Ramadan 2021: Muslims follow Covid rules as they pray at Mecca shrines once packed with TWO MILLION worshippers

SOCIALLY-DISTANCED worshippers have been allowed to pray at Mecca shrines which were once packed with TWO MILLION Muslims before the pandemic.

Last year the Great Mosque of Mecca was empty – as Muslims were forced to celebrate Ramadan in isolation at the very start of the pandemic.

* Read our Ramadan live blog for the latest news & updates…



This year, people have been allowed to take part in communal prayer in front of the Kaaba – the holiest site in Islam – with marks on the ground of the courtyard to ensure social distancing.

The holy month of Ramadan is considered a time of spiritual reflection, fasting and prayers.

Each year, Muslims across the globe abstain from eating or drinking between dawn and sundown during the ninth month of the Islamic calendar.

The first day of Ramadan begins today: Tuesday, April 13, 2021.

Fasting will begin at sunrise after suhur and then finish at sunset with iftar.

Last year families were unable to gather to eat together, or go to mosques to pray – but now activities will be adapted to the new restrictions.

Across the world, worshipping will be done differently, in line with different countries restrictions.


In Indonesia cases are spiking but the government has loosened restrictions and mosques were allowed to open for Ramadan prayers.

In Malaysia restrictions have also eased, including last year's ban on 'taraweeh' nighttime prayers.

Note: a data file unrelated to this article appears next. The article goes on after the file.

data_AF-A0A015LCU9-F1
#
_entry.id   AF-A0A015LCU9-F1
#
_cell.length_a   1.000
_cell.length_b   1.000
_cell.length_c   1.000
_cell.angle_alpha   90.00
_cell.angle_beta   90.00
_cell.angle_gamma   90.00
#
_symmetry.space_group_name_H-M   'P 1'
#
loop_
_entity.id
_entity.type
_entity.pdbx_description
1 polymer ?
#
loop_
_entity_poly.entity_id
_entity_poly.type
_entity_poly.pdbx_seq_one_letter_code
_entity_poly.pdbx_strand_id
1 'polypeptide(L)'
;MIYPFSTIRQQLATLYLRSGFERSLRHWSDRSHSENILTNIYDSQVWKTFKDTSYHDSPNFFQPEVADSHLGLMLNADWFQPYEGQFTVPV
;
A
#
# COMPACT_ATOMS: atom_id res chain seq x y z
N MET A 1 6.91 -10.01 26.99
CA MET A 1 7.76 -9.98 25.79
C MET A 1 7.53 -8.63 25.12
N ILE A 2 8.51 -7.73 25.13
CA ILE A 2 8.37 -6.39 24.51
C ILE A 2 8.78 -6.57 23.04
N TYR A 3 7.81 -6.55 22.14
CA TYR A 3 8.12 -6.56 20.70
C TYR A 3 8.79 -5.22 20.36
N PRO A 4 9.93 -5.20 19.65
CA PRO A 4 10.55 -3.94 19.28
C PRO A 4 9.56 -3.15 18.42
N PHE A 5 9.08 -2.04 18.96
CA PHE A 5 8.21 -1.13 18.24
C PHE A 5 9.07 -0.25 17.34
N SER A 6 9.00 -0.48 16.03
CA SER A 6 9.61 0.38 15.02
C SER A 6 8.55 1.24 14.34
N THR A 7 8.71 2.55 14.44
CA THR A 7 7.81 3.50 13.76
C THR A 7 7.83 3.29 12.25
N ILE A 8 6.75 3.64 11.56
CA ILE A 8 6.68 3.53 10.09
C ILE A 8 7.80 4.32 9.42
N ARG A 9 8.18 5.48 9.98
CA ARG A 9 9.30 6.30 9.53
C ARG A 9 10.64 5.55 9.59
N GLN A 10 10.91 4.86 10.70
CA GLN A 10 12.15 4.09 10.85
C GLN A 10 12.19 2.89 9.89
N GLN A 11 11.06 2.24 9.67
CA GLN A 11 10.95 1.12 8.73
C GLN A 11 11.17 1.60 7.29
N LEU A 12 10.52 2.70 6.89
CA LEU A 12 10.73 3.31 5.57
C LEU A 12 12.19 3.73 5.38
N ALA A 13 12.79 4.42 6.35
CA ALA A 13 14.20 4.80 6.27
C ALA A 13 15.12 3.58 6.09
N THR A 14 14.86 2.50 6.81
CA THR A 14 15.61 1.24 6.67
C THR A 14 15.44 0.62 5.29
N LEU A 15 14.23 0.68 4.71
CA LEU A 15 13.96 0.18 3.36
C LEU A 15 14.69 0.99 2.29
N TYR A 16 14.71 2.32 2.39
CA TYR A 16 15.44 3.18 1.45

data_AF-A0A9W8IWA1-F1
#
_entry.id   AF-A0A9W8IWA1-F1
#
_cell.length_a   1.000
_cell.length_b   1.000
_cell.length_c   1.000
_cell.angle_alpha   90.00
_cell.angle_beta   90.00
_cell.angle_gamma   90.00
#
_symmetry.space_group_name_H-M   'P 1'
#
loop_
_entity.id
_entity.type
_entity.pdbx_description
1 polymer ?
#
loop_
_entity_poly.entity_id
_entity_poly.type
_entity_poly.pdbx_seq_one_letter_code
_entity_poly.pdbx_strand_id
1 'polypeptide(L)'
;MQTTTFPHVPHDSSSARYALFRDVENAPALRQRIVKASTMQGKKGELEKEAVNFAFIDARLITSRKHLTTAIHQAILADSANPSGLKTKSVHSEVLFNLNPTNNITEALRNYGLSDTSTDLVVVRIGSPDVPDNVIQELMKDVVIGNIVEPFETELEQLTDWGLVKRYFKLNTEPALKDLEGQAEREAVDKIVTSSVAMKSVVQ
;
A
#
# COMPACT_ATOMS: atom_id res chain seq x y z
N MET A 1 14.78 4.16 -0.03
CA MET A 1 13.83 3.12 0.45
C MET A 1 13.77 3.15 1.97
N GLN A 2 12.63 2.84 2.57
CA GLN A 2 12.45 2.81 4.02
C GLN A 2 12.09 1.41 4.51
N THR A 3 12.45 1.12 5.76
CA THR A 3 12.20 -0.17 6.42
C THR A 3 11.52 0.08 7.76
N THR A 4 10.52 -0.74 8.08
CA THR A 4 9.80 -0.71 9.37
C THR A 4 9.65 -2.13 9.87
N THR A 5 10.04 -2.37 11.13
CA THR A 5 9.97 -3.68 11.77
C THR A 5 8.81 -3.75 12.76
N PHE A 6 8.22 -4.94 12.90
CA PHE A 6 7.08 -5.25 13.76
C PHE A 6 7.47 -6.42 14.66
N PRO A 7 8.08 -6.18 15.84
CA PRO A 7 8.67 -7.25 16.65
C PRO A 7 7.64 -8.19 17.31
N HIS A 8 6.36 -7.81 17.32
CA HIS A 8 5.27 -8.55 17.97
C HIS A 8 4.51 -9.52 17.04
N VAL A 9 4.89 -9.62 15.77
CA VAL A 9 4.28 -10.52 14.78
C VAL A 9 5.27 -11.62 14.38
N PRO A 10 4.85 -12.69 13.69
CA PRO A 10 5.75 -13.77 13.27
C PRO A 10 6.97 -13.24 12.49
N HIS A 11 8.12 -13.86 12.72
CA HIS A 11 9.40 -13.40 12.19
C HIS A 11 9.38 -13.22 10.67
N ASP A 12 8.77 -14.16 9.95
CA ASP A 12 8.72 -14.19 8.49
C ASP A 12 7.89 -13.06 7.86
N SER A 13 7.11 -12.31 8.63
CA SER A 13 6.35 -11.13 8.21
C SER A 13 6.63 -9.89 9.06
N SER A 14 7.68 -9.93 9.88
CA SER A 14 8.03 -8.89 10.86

Last year, clerics issued a fatwa urging Muslims to pray at home rather than in crowded spaces.

Nasaruddin Umar, imam of Jakarta's Istiqlal grand mosque told MailOnline: “I miss everything of Ramadan already. 

“The heart of faithful Muslims is tied to the mosque… the longing for Ramadan lovers has finally been relieved today although the pandemic has not yet ended.”

What is Ramadan?

Ramadan marks the month when the Quran was revealed to Prophet Muhammad by Allah.

The holy month will see Muslims around the world fasting during daylight hours for 30 days.

All Muslims who have reached puberty are expected to fast during Ramadan, although there are some exceptions.

Women who are menstruating or pregnant and those suffering from illness do not have to fast.

The rules mean food and drink, including water, are not allowed during daylight hours for the entire month.

The Islamic calendar is based around the lunar cycle, the holy month of Ramadan rotates by approximately ten days each year.

The month is confirmed with the sighting of the new moon.

Muslims then celebrate with a massive 24-hour party involving family and friends called the feast of Eid al-Fitr.

This celebration is marked with lights, decorations and gifts, with worshippers often dressing up and decorating their homes.

A resident in Jakarta said: “Easing restrictions is like a breath of fresh air for us who are tired by this COVID-19 outbreak.

“Yes, they should act to stop the virus, but not block the door to worship or to change our tradition of Ramadan entirely.”

Vaccines will still be administered throughout Ramadan despite the Islamic teaching that Muslims should refrain 'from anything entering the body' between sunrise and sunset.

Indonesia's top Muslim clerical body has said Muslims eligible for the jab are “required” to get them during Ramadan.

The head of fatwas for the Indonesian Ulema Council, Asrorun Niam Sholeh, has said that the vaccine enters muscle rather than the bloodstream and is not nutrition, so it does not break fasting.

Sholeh said: “If we carry on taking our vaccines, we can ensure that next Ramadan we do return to some normality.”

    Source: Read Full Article